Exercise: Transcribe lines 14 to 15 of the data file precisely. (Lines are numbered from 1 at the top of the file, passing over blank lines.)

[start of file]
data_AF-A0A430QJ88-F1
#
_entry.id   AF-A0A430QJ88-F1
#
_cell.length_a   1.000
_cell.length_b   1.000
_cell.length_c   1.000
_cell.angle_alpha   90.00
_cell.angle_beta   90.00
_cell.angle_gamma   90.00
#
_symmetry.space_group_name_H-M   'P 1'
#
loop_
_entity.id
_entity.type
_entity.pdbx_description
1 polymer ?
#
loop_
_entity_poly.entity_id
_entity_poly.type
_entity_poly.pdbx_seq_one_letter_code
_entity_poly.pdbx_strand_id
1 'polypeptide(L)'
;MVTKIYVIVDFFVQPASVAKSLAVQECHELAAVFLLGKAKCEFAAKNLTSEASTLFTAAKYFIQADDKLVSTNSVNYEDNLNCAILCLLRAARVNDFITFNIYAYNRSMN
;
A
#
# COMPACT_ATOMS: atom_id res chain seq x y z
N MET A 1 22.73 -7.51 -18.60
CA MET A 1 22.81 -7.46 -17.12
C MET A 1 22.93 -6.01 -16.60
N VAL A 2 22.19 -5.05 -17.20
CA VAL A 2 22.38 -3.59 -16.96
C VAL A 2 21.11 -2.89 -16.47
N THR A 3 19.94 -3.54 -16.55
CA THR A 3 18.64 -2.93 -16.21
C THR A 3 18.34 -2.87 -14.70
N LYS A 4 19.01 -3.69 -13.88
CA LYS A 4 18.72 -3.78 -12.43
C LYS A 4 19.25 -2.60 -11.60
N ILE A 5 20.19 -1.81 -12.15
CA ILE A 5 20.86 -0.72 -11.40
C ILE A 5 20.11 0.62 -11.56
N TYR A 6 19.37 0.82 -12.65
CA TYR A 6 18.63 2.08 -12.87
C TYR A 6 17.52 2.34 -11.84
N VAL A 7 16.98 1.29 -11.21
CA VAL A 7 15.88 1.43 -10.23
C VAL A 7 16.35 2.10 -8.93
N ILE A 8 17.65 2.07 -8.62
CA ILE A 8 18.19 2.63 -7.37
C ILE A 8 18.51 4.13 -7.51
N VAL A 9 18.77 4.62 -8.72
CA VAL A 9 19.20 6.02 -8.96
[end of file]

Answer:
loop_
_entity.id